Applications of the LINE primary command

If you read no further, you might conclude that the LINE primary command wasn't all that useful. After all, if it acts just like typing a regular line command, why not just type a real one and be done with it?  What is the advantage to using the LINE facility?  It was created to address the following situations:

    • As a way to apply a given line command to a range of lines, including multiple, non-contiguous lines specified by line label ranges, line tags and/or by their X|NX exclusion status. Applying the LINE facility to multiple data lines is its most powerful feature, and is likely to be the most important use for the LINE primary command.

    • As a means to apply line-commands to a file from a command macro, which otherwise would have no way to do this.

    • To provide additional capability to keyboard macros.

    • And, to provide a critical feature needed for the SPFLite programmable macro facility.

Specifying the line-command operand

The line-command operand may be a quoted or unquoted string.

The operands of the LINE primary command may be specified in any order. We show the line-command operand in the examples as immediately following the LINE  primary command keyword just as a matter of style and convention.

When the line-command operand is a simple alphabetic or alphanumeric string, like R or R2, it is not necessary to quote it. Either of these will work:

       LINE R .123

       LINE 'R' .123

You can (surprisingly) even use the "graphic" shift commands without quoting them. Either of these will work:

       LINE )4 .123

       LINE ')4' .123

However, if you try to use a line-command operand that overlaps the remaining syntax of the LINE primary command, you will run into problems. The problem areas are as follows:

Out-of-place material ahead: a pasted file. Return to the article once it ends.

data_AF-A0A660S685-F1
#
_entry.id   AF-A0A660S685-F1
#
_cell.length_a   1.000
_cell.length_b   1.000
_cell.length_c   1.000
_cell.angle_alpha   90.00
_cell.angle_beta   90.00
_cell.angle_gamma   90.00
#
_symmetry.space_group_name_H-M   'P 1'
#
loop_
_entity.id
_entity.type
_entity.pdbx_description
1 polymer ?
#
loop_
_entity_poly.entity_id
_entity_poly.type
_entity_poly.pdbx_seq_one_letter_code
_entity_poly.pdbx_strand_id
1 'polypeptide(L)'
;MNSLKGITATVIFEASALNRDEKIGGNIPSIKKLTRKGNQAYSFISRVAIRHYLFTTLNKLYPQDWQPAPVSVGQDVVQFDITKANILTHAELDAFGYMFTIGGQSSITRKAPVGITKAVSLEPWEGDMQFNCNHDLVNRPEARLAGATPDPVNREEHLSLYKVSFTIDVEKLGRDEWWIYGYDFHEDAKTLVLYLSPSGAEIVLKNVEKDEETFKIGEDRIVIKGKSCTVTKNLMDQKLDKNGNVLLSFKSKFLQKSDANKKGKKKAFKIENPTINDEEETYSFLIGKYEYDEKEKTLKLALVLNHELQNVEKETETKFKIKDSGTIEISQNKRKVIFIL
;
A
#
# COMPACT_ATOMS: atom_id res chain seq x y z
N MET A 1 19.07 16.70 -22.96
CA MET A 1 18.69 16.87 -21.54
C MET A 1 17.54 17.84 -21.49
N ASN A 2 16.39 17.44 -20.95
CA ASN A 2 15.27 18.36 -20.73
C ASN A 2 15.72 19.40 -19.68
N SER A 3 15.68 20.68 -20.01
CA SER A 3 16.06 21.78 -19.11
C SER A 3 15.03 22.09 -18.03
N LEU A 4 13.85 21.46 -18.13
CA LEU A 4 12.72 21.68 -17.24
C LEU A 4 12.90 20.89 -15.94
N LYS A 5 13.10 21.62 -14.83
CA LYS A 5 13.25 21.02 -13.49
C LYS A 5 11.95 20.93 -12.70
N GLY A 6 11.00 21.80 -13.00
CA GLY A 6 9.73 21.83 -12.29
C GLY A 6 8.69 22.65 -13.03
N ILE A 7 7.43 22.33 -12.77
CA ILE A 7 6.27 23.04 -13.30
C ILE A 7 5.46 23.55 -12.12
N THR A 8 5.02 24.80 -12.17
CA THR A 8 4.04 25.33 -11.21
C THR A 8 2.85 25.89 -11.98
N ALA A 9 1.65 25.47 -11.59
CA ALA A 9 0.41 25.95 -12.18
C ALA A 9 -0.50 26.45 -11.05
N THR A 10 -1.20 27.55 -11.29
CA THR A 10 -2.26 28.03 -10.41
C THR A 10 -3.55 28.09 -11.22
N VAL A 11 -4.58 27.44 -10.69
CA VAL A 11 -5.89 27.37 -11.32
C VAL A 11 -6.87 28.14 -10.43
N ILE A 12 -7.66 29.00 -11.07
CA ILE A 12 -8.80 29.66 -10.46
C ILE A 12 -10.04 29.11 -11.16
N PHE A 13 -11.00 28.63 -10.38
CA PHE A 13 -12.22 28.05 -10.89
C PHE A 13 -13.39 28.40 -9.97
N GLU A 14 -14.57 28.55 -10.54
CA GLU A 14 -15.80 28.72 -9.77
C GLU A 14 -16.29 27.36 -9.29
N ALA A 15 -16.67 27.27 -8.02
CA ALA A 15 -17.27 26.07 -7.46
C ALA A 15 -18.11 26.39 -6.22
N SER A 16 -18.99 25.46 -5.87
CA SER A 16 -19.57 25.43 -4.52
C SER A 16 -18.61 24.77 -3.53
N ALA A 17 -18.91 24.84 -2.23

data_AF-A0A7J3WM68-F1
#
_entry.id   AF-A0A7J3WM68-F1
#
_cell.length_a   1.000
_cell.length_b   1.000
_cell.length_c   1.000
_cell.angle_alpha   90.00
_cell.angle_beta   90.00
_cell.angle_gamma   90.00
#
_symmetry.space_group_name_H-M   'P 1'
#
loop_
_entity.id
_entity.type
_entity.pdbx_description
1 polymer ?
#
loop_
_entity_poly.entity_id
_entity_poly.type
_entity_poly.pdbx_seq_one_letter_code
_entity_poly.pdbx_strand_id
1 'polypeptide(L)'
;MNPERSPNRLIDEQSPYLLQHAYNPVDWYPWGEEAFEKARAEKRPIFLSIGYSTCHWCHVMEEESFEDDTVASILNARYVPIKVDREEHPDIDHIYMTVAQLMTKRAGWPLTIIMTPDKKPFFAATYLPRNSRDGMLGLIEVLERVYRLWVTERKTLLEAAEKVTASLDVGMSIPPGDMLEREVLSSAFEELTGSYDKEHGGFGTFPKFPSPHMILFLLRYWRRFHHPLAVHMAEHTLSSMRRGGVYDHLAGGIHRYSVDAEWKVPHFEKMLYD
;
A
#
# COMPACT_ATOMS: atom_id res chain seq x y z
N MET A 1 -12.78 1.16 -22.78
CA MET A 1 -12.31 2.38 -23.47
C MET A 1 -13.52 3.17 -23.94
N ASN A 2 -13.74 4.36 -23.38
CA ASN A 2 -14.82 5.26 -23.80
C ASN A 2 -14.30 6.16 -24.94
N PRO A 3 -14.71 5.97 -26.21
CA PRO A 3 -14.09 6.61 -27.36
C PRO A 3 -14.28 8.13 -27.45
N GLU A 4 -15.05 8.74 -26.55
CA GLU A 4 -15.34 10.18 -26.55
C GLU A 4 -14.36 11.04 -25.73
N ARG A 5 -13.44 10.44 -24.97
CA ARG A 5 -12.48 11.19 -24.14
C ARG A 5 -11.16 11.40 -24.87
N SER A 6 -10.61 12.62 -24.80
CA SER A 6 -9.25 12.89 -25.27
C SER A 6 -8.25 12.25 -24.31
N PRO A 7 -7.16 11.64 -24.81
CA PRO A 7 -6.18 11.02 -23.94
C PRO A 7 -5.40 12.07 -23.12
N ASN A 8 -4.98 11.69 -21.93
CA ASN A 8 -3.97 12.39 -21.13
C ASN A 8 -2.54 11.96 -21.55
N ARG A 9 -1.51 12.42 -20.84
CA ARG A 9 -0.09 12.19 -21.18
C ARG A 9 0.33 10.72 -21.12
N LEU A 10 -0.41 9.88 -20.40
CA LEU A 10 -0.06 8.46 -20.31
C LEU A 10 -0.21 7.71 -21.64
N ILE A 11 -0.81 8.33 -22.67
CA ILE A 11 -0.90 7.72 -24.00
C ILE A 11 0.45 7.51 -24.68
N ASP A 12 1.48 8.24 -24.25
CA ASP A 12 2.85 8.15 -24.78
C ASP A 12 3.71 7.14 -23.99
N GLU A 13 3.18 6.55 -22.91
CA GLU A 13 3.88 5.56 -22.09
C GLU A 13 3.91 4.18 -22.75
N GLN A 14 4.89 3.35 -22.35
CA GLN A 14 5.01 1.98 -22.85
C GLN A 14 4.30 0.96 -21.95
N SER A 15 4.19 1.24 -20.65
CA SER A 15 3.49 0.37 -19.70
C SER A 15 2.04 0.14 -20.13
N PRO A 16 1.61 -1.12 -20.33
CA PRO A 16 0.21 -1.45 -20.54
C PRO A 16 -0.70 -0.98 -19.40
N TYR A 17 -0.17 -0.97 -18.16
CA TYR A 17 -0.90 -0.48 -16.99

• A line-command operand of X will be confused with the X|NX option of the LINE primary command. If you try something like LINE X .123 because you wanted to put an X on line 123, you will get an error message, "Missing/invalid line command". To get around this, you will have to quote the line-command operand as LINE 'X' .123.

    • If you attempt to use the LINE primary command to place a label into a line, it will be confused with a label that is part of the line-range operand. If you try something like LINE .ABC .123 because you wanted to put a label .ABC on line 123, you will again get an error message, "Missing/invalid line command". To get around this, you will have to quote the line-command operand as LINE '.ABC' .123.

    • If you attempt to use the LINE primary command to place a tag into a line, it will be confused with a tag that is part of the line-range operand. If you try something like LINE :T .123 because you wanted to put a tag :T on line 123, you will get an error message, "Invalid tag operand". To get around this, you will have to quote the line-command operand as LINE ':T' .123.

If you don't want to think about it, you can just quote all line-commands. But, remember to at least quote the X if it's a line-command operand. If you are using and X to select just excluded lines as part of the line-range, then don't quote it.

Note: The LINE primary command operands FIRST, LAST, ALL and NX should never be quoted, because these cannot be line-commands.

Note: Would you ever have an 'X' in quotes and an unquoted X in the same LINE primary command?  You could, but, there's no need for it, because you would be putting X line-commands on lines that were already excluded. While a command like LINE 'X' X .123 .456 is not useful, you could use X with a line count, like LINE 'X3' X .123 .456.

You can also use the block mode XX line command with LINE primary command. The main thing is, if it makes sense to do it manually, it should make sense to do it with the LINE primary command.

If the line-command operand is a quoted string of a blank, it will erase a label or tag that exists on that line. (You can't use a '' zero-length string to do this; there must be at least one blank character in the string.) For example,

       LINE '.ABC' .123

will place label .ABC on line 123, and

       LINE ' ' .123

will remove that label. You may use the forms


       LINE '..ABC' .123

       LINE '::DEF' .123


to 'toggle' a line label or line tag on a line, and you may use the forms


       LINE '.' .123

       LINE ':' .123


to specifically remove either a line label or line tag on a line, in cases where both coexist on the same line. In other words, it works just like you could do with a keyboard macro.

When you apply the LINE facility to a line that already has a label or tag, the label or tag will not be disturbed. But if you have a pending command, the label or tag will be 'concealed' until the operation is completed, and then it will be redisplayed. This is the same as what happens manually.

Specifying a block-mode line-command operand

You are allowed to use the LINE primary command to place a block-mode line-command into a line. For example, the following is valid: